You have a Court Attendance Notice, now what? Timeline of a criminal charge in the local court
If you have received a Court Attendance Notice, it will tell you what you are accused of in terms of laws you are alleged to have broken and it will tell you which local court you must attend, on what date.
First court mention and entering a plea
You will usually be required in court for the first mention a few weeks after receiving the Court Attendance Notice. Use this time to engage a solicitor and consider how you want to plead: guilty or not guilty.
Generally, the first time before the court you will be expected to enter your pleas, or if you have not yet obtained legal advice, you can seek to adjourn the matter for a week or two in order to seek legal advice.
Attending courses prior to sentencing
If you enter a plea of guilty, you can proceed to sentencing on the day or have the matter adjourned to allow time to attend appropriate courses, like the Magistrates Early Referral Into Treatment (MERIT) course, traffic offender intervention program (TOIP) or a domestic violence course (such as those run by Relationships Australia), in order to prepare adequately for sentencing.
While attending a course of this type is voluntary, providing a magistrate with evidence that you have attended such a course may act as a mitigating factor in sentencing.
What happens if you plead not guilty?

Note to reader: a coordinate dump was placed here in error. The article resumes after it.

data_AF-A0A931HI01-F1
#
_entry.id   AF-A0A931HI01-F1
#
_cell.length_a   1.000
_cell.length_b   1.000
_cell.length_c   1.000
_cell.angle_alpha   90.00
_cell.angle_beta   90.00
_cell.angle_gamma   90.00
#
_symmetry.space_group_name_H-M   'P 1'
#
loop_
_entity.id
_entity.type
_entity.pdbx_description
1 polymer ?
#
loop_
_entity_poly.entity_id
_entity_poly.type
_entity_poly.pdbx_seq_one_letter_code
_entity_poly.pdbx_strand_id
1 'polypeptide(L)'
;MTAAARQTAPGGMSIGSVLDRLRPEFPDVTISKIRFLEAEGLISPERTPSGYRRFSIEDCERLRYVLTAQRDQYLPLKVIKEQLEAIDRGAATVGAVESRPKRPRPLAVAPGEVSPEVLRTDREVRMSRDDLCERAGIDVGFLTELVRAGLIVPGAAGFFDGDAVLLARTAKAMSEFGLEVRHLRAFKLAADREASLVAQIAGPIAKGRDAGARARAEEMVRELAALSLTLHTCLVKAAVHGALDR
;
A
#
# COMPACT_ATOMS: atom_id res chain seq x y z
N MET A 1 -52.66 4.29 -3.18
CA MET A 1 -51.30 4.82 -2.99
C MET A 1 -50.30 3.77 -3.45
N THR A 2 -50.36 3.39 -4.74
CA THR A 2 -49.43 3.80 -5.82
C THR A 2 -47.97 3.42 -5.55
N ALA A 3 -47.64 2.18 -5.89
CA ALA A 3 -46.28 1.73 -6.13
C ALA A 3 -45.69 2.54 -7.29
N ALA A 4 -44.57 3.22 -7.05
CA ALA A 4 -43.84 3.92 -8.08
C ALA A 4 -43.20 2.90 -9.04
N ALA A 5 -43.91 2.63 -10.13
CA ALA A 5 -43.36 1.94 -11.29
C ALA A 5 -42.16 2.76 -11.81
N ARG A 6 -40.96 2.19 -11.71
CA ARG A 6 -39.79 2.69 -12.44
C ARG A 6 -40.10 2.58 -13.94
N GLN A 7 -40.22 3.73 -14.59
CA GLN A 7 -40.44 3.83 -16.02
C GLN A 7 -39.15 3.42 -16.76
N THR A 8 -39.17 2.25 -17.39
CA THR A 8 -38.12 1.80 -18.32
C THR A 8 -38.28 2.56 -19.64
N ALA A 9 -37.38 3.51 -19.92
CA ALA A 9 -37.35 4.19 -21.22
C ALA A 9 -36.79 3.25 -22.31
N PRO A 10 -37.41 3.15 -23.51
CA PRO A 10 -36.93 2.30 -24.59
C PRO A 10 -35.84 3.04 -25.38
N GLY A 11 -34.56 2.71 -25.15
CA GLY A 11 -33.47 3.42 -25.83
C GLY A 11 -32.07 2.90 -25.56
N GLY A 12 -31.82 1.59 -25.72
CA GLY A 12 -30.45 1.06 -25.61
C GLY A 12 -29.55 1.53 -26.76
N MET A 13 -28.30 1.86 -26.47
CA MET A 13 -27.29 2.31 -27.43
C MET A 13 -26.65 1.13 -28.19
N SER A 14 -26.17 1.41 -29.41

If you are pleading not guilty, then an order is made for the service of the police brief of evidence, which is everything the police have in their case against you.
In some matters, you may have to attend court for a reply date to confirm that you have received everything in the police brief of evidence. A hearing date will usually be provided when a plea of not guilty is entered, or at the reply date.
Be prepared for your matter to be adjourned
Even though your matter has a date for hearing, you should be prepared for it to be adjourned or not reached on the day, due to the unpredictable nature of criminal law and advocacy. Delays can occur for a variety of reasons, such as a sick witness, another case having priority over yours or a complication in gathering evidence that requires the matter to be moved to another date.
Hearing and sentencing
At the hearing you will be found either guilty or not guilty. If found guilty, you will most likely be expected to proceed to sentencing on the day.
It is advisable that you have legal representation for all stages of a criminal proceeding.